Do not leave your pets behind.
Securely fasten a current identification tag to your pet’s collar and carry a photograph of your pet. It’s important to include the phone number of a friend or family member on the tag so anyone who may find your pet is able to reach someone who knows you.
Transport pets in secure pet carriers and keep pets on leashes or harnesses.
Call hotels in a safe/host location and ask if you can bring your pets. Ask the manager if a no-pet policy can be lifted during the disaster. Most emergency shelters do not admit pets.
Call friends, family members, veterinarians or boarding kennels in a safe/host location to arrange foster care if you and your pets cannot stay together.
Pack a week’s supply of food, water and other provisions, such as medication or cat litter.
Do not wait until the last minute to evacuate. Rescue officials may not allow you to take your pets if you need to be rescued.
Keep a list of emergency phone numbers (veterinarian, local animal control, animal shelters, Red Cross, etc.).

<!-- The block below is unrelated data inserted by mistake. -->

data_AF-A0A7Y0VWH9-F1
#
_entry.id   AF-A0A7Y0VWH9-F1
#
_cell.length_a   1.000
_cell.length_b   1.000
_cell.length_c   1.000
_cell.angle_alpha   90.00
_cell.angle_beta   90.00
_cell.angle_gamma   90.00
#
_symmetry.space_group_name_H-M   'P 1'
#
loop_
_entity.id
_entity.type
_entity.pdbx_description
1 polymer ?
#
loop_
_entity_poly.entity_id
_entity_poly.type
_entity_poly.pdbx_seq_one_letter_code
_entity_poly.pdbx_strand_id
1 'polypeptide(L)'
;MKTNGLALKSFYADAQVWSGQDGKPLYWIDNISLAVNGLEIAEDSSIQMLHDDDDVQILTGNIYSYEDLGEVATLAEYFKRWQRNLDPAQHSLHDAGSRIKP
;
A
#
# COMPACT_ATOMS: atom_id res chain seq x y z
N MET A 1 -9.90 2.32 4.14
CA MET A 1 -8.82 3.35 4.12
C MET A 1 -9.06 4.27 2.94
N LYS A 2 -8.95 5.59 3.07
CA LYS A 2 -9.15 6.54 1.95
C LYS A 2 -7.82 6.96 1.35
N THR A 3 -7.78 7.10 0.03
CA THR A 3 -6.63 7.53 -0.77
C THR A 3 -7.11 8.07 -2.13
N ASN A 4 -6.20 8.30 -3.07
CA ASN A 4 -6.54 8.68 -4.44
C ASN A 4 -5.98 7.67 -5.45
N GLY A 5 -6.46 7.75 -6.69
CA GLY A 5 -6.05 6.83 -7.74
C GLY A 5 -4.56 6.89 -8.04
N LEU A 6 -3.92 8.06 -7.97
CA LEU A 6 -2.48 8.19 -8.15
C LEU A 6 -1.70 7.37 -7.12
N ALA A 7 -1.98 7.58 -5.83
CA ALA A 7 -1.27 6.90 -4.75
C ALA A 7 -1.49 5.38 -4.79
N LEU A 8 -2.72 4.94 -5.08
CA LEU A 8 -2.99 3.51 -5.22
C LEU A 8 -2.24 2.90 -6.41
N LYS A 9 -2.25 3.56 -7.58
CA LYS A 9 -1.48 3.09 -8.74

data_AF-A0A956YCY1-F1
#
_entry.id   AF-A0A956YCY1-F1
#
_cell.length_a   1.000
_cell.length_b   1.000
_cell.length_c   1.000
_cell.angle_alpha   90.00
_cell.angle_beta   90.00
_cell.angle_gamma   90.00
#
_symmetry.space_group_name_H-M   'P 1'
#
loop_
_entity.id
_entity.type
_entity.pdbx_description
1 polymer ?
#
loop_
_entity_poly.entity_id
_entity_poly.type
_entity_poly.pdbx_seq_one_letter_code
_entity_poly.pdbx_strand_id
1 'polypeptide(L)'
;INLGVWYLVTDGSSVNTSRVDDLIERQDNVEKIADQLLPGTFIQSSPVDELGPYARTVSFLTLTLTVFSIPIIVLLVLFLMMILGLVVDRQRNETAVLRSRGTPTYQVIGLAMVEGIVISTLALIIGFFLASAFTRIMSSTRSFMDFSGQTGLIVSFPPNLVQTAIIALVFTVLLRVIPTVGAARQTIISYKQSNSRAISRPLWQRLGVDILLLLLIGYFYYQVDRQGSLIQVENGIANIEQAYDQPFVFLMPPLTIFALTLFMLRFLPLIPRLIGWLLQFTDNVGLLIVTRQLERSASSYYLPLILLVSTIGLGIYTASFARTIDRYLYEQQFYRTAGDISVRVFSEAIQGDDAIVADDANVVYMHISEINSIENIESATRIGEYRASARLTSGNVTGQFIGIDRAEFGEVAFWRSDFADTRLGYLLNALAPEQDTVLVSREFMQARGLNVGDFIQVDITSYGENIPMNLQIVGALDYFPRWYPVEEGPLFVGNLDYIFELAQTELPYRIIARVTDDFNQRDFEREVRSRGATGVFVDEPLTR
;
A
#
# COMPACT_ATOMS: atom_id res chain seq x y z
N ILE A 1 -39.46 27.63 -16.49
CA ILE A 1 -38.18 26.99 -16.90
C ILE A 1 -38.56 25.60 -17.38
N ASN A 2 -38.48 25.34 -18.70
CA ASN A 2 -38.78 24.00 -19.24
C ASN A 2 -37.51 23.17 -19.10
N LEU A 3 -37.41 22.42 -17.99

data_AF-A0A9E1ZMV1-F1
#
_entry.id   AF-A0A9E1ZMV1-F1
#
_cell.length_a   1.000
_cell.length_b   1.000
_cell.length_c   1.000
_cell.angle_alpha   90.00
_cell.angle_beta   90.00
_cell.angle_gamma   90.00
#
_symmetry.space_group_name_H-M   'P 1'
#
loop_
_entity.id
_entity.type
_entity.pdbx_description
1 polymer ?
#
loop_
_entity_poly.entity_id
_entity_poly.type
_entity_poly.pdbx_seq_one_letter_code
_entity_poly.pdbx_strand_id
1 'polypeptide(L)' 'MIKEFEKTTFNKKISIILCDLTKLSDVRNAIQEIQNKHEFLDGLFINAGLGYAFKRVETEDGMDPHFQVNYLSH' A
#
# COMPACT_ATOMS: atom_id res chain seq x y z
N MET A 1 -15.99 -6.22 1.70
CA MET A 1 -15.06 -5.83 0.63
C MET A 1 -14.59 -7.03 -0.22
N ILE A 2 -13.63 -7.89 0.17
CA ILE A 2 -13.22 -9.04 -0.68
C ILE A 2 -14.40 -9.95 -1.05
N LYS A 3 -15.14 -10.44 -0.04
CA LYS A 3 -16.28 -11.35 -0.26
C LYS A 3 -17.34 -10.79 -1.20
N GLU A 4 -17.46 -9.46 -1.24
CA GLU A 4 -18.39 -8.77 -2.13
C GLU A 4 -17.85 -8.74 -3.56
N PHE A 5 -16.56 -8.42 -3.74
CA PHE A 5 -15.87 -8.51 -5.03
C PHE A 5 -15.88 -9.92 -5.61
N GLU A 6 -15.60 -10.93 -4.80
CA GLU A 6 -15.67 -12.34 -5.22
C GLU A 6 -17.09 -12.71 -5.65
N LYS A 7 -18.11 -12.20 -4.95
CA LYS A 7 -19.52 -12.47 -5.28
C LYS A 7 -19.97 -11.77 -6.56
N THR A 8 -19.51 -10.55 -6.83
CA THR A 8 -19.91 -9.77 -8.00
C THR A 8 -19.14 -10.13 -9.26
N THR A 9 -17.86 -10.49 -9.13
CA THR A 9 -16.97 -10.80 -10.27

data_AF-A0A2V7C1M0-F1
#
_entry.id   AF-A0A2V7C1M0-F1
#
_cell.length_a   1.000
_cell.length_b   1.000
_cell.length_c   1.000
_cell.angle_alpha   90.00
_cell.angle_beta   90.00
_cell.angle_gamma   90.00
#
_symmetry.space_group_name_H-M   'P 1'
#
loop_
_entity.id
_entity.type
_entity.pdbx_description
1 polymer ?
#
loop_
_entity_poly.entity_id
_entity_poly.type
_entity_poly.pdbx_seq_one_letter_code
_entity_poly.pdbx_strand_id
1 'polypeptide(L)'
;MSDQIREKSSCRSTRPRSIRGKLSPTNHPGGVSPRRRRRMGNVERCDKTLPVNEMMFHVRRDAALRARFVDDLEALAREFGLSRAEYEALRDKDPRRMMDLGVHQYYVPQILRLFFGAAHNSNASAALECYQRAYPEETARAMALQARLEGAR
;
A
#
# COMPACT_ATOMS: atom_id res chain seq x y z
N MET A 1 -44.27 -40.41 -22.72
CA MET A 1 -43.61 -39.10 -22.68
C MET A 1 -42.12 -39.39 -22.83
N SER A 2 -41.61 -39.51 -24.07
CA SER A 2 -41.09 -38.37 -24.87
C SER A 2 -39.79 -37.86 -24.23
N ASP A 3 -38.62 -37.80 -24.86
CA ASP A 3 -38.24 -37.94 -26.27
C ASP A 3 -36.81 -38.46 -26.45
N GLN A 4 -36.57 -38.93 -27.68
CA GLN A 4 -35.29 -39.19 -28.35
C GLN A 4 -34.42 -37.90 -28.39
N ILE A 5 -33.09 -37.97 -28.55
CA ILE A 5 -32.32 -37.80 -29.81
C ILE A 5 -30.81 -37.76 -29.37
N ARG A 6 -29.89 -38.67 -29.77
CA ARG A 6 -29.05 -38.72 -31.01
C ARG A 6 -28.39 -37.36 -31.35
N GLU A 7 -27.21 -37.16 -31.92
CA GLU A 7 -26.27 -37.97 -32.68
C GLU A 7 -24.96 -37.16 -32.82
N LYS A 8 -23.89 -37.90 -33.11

Possessions and Documents
[download the possessions and documents checklist]
Keep these records in a waterproof, portable container:Will, insurance policies, contracts, deeds, stocks and bonds
Passports, social security cards, immunization records
Bank account numbers
Credit card account numbers and companies
Inventory of valuable household goods, important telephone numbers
Family records (birth, marriage, death certificates)
Store your kit in a convenient place known to all family members. Keep a smaller version of the supplies kit in the trunk of your car.
Keep items in airtight plastic bags.
Change your stored water supply every six months so it stays fresh.
Replace your stored food every six months.
Re-think your kit and family needs at least once a year. Replace batteries, update clothes, etc.
Ask your physician or pharmacist about storing prescription medications.
Source/Reference: American Red Cross